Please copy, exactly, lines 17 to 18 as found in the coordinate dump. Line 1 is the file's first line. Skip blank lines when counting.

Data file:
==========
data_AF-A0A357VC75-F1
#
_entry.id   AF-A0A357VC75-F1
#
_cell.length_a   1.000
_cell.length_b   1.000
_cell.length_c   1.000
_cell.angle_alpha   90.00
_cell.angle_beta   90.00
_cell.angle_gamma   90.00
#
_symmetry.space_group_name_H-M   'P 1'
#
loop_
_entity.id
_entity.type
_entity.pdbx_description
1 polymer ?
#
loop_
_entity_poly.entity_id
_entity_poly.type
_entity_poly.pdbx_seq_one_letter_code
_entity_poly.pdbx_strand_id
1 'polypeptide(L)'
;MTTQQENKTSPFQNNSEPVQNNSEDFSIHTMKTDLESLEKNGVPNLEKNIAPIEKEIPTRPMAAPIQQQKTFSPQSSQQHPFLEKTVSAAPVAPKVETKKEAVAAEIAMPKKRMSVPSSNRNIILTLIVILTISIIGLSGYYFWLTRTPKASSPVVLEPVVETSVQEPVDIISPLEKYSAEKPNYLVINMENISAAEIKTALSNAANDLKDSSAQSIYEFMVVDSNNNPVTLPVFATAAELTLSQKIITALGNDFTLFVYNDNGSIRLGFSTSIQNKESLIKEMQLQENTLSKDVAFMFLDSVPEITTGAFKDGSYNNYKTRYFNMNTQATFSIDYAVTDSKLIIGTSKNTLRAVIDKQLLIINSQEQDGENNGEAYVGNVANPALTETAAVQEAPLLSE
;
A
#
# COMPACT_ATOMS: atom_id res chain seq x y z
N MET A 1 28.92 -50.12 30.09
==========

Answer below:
_entity.pdbx_description
1 polymer ?